a1 Public Health Laboratory Service, Communicable Disease Surveillance Centre (Welsh Unit), Cardiff
a2 Department of Public Health Medicine, South Glamorgan Health Authority, Abton House, Wedal Road, Roath, Cardiff CF4 3QX
An outbreak of non-bacterial food poisoning presumed due to small round, structured viruses (SRSV) occurred at a national conference.
A detailed postal survey of all conference attenders was carried out to ascertain the cause of the outbreak and 355 questionnaires were returned.
Univariate analysis showed that mussels in the seafood cocktail were the likely vehicle of infection. A dose–response relationship between the amount of seafood cocktail consumed and the risk of illness was demonstrated. Dose–response has not previously been documented in a food-borne outbreak due to small round structured virus.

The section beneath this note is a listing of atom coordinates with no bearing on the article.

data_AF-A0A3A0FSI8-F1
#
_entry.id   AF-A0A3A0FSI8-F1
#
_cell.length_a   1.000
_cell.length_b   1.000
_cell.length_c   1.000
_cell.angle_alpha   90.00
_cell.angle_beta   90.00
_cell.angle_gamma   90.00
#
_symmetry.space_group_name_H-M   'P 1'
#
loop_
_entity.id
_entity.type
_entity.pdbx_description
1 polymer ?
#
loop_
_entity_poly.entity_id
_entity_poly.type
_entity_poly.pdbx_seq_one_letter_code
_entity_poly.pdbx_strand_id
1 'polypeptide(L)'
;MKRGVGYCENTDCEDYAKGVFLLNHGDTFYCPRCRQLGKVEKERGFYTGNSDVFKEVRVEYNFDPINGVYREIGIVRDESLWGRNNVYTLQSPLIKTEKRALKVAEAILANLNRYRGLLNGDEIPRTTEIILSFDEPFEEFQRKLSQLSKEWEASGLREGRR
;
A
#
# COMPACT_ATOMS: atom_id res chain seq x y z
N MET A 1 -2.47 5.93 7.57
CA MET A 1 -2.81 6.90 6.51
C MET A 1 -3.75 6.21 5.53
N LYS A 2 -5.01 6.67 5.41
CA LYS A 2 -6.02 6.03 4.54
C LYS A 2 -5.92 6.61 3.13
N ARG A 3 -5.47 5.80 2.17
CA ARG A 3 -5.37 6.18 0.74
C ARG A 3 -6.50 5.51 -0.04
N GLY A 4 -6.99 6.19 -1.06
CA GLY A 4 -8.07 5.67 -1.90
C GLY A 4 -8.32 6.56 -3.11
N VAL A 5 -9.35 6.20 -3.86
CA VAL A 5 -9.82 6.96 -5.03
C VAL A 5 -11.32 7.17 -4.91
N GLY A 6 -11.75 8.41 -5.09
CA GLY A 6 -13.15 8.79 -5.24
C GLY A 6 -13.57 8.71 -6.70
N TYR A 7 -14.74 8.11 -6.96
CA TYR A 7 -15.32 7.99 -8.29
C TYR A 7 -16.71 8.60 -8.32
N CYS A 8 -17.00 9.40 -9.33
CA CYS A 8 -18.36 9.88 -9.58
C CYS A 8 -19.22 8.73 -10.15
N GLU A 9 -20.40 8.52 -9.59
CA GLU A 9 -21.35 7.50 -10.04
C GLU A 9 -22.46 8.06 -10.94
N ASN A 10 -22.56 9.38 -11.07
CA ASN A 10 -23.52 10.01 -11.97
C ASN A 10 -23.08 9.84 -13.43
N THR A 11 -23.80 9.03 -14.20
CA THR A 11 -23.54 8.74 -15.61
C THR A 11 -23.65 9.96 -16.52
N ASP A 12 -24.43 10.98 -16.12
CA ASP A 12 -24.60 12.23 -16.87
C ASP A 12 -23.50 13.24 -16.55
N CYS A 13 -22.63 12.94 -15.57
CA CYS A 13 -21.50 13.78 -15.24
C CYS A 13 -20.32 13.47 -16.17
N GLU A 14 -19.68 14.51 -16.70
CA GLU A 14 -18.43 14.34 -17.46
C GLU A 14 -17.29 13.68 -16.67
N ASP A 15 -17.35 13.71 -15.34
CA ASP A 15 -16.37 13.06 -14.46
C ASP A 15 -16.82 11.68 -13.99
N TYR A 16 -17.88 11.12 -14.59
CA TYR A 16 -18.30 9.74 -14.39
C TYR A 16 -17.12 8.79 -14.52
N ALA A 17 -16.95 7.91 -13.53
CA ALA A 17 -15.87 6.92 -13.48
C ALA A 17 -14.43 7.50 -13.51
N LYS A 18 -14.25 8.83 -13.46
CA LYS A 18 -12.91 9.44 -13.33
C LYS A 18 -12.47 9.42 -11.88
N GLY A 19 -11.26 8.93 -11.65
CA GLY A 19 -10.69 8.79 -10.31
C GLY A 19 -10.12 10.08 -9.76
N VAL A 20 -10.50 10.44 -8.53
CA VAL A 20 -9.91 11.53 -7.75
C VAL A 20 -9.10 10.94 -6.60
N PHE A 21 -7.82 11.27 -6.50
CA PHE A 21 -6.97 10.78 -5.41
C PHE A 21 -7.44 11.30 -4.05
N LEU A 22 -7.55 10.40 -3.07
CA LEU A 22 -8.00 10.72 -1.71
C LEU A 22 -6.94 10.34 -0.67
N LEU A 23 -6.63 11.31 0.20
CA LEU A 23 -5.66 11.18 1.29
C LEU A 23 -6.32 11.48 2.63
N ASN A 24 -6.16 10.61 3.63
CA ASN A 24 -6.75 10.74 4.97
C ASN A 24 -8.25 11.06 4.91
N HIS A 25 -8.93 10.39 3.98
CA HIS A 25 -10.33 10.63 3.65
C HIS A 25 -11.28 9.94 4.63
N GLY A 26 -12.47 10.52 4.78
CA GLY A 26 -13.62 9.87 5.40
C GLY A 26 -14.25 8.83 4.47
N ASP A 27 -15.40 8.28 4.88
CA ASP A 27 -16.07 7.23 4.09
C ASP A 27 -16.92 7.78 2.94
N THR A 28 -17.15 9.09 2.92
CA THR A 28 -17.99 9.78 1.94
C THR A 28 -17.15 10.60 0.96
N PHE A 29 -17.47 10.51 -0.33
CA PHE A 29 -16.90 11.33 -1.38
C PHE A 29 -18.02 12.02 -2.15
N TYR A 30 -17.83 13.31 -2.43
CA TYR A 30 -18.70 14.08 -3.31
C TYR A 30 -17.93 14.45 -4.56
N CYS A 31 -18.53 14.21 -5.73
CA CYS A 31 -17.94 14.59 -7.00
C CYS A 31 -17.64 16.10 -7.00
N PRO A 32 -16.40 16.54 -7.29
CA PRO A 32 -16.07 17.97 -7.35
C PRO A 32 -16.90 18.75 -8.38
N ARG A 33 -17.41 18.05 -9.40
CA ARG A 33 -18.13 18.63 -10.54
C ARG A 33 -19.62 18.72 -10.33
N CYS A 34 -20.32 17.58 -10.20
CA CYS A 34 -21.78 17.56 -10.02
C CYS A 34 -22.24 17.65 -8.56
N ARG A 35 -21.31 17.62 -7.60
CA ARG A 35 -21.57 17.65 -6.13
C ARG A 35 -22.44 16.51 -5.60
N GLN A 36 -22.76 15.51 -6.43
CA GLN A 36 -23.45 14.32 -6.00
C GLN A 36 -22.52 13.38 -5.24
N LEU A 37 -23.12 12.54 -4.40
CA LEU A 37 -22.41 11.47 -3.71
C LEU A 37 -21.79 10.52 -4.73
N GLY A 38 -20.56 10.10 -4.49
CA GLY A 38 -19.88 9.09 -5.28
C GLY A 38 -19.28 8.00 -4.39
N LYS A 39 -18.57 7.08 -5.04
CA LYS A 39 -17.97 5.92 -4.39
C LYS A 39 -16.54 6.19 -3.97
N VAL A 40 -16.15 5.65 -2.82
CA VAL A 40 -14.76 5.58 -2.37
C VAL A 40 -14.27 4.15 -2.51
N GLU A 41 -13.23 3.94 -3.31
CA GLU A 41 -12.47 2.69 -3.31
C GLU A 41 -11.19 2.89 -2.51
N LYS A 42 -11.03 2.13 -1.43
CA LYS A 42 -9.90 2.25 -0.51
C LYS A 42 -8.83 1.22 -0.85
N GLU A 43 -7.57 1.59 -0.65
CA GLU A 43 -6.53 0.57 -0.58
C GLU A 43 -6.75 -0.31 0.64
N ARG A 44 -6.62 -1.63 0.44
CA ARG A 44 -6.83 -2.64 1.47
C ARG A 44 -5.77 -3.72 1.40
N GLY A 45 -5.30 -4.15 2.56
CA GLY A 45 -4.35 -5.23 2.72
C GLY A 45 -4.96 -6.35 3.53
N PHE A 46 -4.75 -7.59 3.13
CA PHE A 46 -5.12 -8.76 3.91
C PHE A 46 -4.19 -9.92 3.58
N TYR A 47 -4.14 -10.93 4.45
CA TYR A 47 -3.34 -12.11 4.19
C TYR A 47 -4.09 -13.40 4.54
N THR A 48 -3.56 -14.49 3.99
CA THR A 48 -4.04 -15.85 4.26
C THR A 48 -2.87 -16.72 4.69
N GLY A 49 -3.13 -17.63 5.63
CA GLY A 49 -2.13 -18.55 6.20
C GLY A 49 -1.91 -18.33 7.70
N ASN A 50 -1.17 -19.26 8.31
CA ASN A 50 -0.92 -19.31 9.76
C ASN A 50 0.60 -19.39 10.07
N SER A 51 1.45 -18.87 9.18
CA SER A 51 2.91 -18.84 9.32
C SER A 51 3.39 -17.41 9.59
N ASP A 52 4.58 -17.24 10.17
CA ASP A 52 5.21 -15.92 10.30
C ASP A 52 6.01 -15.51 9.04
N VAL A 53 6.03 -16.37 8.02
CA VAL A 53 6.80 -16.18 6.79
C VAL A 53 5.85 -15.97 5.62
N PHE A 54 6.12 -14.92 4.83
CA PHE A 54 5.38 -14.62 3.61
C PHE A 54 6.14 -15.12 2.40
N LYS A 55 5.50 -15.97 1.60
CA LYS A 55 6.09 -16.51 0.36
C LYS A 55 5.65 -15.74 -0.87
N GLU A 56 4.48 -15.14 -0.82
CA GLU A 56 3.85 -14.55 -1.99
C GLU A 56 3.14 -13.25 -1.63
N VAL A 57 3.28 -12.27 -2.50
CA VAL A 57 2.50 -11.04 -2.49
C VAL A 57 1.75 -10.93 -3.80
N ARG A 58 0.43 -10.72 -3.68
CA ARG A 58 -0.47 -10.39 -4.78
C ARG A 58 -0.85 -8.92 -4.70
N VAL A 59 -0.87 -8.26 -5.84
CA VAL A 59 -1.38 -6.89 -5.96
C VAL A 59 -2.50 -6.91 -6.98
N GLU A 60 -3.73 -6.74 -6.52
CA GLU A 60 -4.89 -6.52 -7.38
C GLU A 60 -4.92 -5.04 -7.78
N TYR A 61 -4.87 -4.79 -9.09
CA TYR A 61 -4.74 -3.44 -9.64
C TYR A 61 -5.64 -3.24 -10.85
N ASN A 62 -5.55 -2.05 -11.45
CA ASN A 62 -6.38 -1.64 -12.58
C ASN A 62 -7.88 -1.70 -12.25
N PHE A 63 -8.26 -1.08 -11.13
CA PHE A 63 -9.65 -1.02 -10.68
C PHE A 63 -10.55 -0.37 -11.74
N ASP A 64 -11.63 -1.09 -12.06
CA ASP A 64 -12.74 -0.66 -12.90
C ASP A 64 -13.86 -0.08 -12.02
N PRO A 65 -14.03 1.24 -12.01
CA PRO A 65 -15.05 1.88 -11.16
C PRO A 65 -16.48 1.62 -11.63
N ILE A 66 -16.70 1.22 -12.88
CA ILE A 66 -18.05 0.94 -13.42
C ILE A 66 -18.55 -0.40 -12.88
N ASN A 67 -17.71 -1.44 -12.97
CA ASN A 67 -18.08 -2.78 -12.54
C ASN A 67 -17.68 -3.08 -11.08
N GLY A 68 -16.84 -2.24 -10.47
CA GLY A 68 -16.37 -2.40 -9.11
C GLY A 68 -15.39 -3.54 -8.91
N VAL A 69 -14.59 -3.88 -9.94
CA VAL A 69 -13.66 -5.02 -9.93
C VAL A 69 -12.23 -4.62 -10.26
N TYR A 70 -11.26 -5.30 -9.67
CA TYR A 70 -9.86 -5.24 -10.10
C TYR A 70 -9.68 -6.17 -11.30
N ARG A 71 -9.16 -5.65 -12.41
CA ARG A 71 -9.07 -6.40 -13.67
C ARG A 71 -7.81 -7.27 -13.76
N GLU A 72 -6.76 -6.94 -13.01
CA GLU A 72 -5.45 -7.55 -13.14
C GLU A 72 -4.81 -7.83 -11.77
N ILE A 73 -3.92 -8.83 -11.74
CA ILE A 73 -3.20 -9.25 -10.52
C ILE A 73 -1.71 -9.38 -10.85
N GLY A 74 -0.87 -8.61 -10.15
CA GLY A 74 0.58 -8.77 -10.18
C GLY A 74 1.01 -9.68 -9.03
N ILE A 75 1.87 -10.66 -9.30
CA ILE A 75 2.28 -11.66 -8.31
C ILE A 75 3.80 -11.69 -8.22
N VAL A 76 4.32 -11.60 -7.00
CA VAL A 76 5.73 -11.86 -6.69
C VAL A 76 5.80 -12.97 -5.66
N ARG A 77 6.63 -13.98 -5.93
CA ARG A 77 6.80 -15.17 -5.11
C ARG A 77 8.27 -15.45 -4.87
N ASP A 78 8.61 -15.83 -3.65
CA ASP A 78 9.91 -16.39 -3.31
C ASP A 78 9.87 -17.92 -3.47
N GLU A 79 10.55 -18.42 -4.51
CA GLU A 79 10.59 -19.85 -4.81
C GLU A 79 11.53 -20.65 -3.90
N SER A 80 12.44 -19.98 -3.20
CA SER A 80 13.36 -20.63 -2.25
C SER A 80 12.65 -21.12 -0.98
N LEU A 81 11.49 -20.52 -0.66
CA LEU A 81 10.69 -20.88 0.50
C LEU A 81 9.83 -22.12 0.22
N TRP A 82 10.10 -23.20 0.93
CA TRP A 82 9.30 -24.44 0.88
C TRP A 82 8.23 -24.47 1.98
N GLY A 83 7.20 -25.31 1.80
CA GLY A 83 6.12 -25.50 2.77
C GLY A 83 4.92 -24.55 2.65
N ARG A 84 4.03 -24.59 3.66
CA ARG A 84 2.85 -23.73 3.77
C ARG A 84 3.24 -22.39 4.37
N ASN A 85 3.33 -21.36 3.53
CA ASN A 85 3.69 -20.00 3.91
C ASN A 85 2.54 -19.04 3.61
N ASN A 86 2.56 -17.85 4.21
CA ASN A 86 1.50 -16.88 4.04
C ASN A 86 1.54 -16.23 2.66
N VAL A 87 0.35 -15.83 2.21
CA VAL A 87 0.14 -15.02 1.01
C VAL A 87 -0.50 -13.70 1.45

Detailed quantitative food histories can be useful in eliciting dose-response relationships and may be crucial in establishing the vehicle of infection when investigating food poisoning following consumption of a set-menu meal. Their use should be considered in other outbreak situations.
(Accepted November 24 1992)